I used to think - as a kid - that everybody else functioned like myself. I felt deceived if people disagreed with me, and I couldn't understand that their reaction was different from mine.
When I grew older, I realised that everybody else were perfect. I was the only imperfect one. They always knew what to say and what to do, and I didn't. If colleague A says: I am scared of being fired, it is not a sign of weakness, rather it is because exposing weakness is the right thing to do. If family member B talks about a newly deceased and says 'I don't know what to say to the relatives' - then that is the way to react, and the correct amount of sharing. When female friend C complains about her husband, she does so in the right setting and the right amount. Somehow the correct way of sharing/exposing weakness/revealing private information has been implanted in their brains, and they just DO the right thing, without endless considerations of what the right thing is. Those considerations are mine. I am (still) the only imperfect one. But recently I have suggested to myself that others may be as imperfect.
This discovery (too big a word there, 'suggestion' is better) is very difficult to get my head around. When I am in a social situation I still (firmly) believe that all others are perfect. But on my way home on my bicycle, while debriefing myself from the social interactions of the day, it sometimes occur to me that A, B and C perhaps were as insecure - or almost as insecure - of what they should say or do in the social situation as I was.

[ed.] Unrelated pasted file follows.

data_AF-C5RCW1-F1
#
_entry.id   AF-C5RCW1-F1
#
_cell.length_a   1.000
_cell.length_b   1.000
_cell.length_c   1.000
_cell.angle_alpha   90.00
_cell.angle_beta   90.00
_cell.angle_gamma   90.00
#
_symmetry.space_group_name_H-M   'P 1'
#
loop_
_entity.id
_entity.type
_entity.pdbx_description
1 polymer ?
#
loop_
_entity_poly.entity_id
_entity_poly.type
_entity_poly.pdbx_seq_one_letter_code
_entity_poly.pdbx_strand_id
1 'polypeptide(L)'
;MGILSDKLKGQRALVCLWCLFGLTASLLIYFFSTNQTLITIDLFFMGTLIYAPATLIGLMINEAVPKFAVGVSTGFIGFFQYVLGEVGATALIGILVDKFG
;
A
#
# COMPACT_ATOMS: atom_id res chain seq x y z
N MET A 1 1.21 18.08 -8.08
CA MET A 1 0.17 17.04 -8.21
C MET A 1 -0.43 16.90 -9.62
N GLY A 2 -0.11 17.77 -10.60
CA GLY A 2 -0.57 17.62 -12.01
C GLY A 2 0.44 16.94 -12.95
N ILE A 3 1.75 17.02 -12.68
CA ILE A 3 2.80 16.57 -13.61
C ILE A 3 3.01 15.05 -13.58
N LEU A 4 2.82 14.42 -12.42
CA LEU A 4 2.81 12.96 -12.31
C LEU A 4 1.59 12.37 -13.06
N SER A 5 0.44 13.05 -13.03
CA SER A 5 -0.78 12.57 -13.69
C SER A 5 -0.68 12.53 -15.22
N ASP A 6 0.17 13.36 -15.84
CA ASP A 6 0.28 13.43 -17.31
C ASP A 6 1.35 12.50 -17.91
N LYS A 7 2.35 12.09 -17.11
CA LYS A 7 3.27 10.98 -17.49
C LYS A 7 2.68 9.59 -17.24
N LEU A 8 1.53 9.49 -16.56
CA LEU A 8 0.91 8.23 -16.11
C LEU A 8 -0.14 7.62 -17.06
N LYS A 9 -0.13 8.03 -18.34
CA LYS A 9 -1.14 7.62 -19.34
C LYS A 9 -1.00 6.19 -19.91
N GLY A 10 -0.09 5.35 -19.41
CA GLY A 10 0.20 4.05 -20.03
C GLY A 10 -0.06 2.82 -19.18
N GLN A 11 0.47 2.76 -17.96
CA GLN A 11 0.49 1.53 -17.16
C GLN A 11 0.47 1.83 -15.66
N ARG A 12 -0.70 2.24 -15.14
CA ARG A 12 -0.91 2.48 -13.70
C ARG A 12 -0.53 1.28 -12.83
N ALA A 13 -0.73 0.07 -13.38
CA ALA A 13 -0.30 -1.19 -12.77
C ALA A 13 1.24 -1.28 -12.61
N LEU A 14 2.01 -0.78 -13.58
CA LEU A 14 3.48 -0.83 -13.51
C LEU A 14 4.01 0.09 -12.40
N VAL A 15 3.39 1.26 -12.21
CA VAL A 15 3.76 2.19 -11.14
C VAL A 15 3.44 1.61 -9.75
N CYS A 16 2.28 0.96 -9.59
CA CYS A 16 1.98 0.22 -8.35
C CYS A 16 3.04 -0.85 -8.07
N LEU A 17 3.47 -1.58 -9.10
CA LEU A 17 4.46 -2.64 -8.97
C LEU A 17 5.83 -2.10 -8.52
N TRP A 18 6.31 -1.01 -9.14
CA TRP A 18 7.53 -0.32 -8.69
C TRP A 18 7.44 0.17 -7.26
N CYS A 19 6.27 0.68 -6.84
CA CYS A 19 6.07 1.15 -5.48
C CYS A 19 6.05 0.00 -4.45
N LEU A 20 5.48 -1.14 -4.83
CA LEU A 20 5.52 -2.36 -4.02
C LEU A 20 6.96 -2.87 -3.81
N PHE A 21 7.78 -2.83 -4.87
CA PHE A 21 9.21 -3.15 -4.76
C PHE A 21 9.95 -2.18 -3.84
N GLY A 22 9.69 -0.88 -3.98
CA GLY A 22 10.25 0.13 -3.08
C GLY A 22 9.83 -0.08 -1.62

I appear to have considered other people as some kind of astronomical objects, sticking firmly to their path, which they can see clearly. While I haven't had a path of my own, and I also haven't been able to see theirs. I am the blind spaceship, floating about, sometimes colliding with the stoic planets or crossing their path in an inconvenient way. But most of the time I have been able to fly more or less on someone else's path, safe until I accidentally left it.
Until now I haven't really been interested in what happened inside other people's heads.
The reason for this is:
- Either that I've been too busy always trying to fit in and haven't had the resources to figure out what was going on in everybody elses heads
- Or that I am basically too self-absorbed to be interested in what happens inside other people's heads. I am not narcissistic because I clearly see my own flaws, but I find those flaws much more interesting than trying to comprehend the almost incomprehensible.
My discovery - that they may not be so perfect after all - still doesn't give me a clue as to what actually does happen inside their heads. So I am not really closer to that theory of mind...